Enough Space for Everyone? US, China Target Africa 

Space competition between the United States and China is extending to the African continent, with China currently leading the way in space cooperation. While Africa’s space agencies are still in their early stages compared to those of the US and China, space has become a new frontier for diplomatic engagement with African nations. China has emerged as Africa’s leading partner, collaborating across various sectors such as communications, observation, navigation, and positioning. China is developing satellites for African countries, establishing ground station infrastructure, and promoting the adoption of its BeiDou satellite navigation system as an alternative to the US’s GPS.

Chinese companies have been capitalizing on this partnership for years, while the US is now beginning to recognize the significance of China’s efforts. The US strategy towards Africa in space aims to reduce China’s hegemony over the continent. Collaboration with African countries in space is a crucial aspect of US engagement in Africa. For instance, the US has partnered with Nigeria’s firm SpaceX and assisted Kenya in launching its first operational earth satellite. However, China perceives Elon Musk’s company, Space X, as a major competitor in its ambition to become a dominant space power by 2045.

According to Nigerian space scientist Temidayo Oniosun, who founded Space in Africa, there are currently space programs in more than 20 African countries. These programs focus on using space development to achieve national goals, address challenges like climate change and national disaster preparedness, and enhance counter-terrorism efforts. Furthermore, African countries view space-linked infrastructure as vital for their development.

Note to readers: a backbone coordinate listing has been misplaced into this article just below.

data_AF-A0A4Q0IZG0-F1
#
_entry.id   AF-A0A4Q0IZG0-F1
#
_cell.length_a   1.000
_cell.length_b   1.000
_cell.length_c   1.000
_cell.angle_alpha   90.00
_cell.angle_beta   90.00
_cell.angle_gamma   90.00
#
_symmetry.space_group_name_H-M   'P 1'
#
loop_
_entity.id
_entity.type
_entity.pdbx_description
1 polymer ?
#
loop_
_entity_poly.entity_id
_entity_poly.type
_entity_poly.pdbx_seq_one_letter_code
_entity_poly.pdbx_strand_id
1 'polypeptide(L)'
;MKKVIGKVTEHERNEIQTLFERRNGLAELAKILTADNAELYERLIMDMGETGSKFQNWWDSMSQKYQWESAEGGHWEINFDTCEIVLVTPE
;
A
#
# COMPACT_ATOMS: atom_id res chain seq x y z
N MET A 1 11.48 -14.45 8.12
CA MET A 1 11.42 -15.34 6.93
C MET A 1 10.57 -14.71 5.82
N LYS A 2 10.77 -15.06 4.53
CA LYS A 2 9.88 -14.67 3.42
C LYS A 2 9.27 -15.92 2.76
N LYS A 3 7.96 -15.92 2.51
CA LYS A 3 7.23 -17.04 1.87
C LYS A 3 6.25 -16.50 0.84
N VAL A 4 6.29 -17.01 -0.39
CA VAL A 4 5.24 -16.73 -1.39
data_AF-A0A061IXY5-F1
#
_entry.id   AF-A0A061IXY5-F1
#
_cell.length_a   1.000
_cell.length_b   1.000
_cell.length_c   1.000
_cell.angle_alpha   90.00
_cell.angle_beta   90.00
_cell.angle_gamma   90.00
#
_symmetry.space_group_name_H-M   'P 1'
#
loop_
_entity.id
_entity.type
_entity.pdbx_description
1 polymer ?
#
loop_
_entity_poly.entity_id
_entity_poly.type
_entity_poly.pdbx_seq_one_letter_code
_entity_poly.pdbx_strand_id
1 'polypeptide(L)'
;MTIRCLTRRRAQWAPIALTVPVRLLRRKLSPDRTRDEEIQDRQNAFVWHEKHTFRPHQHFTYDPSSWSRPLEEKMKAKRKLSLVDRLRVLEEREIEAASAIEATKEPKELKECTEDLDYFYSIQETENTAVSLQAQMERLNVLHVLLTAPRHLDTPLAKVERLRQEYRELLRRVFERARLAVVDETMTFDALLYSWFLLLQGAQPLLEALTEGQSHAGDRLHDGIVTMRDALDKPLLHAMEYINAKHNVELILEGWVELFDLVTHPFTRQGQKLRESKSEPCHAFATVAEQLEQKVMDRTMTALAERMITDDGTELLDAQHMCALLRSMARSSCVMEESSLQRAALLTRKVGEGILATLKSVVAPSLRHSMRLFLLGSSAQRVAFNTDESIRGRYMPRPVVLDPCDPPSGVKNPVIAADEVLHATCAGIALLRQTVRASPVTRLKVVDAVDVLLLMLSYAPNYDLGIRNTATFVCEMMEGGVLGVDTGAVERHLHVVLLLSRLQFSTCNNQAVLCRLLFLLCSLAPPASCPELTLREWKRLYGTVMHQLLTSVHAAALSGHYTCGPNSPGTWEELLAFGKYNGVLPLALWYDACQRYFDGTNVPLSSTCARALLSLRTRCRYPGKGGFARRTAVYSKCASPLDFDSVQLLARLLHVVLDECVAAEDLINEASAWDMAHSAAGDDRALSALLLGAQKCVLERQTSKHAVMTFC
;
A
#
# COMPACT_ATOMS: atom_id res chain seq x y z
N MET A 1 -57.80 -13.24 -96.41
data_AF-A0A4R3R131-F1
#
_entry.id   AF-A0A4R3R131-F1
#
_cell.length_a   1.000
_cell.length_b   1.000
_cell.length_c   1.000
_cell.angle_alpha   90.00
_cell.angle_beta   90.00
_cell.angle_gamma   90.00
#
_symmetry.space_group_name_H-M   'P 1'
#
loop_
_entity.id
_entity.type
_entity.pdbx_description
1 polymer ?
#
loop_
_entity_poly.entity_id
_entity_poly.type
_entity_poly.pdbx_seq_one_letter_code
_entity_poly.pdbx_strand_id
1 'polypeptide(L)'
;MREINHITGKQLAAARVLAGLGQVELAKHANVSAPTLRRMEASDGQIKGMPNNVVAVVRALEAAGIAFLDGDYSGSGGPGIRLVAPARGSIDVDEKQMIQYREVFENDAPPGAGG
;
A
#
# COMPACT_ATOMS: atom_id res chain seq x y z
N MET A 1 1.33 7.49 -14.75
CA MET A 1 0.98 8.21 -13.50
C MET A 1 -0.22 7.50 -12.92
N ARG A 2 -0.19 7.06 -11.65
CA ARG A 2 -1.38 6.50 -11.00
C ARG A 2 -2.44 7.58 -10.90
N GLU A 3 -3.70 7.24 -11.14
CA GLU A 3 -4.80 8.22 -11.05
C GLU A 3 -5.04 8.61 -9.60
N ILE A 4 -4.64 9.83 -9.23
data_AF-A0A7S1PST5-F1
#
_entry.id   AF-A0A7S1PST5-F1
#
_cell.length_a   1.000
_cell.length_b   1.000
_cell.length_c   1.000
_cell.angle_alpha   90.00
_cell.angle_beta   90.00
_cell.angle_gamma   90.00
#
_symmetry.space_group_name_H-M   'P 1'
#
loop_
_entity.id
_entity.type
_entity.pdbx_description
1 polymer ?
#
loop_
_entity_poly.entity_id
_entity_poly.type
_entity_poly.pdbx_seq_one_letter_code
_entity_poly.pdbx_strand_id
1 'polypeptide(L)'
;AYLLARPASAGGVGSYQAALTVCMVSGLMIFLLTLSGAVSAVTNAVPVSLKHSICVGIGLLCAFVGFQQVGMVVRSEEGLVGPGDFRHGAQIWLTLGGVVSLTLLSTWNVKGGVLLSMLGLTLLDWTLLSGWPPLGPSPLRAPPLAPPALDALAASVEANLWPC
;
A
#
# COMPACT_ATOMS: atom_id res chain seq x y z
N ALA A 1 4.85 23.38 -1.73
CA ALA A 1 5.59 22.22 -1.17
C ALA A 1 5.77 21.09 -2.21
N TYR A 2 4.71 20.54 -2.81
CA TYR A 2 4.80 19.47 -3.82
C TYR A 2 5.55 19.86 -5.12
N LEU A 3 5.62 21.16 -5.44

While China leads in space cooperation with Africa, the US is actively working internationally to ensure a safe, peaceful, and prosperous future in space. NASA, the US space agency, is collaborating with the South African National Space Agency (SANSA) to build a new tracking and communications antenna site. Additionally, the US-led Artemis Accords, a set of principles for civil space exploration, have gained support from African countries like Angola.

Competition in space between major powers poses national security concerns. As space assets become essential for intelligence gathering, communication, and military operations, disparities in capabilities can escalate tensions and increase the risk of conflict. The Pentagon’s annual report to Congress on China’s military developments highlights Beijing’s ambitions in space and its acquisition of counter-space capabilities. The report also raises concerns about China’s space and satellite programs in Latin America having potential defense capabilities.

While China’s space industry footprint expands globally, its cooperation with Africa aims to promote peaceful and inclusive space-related activities. The South African National Space Agency emphasizes the peaceful use of space and respectful cooperation. As the global space landscape evolves, an increasing number of nations, including emerging ones, participate and partner in space activities, contributing to the overall development of space exploration and utilization.



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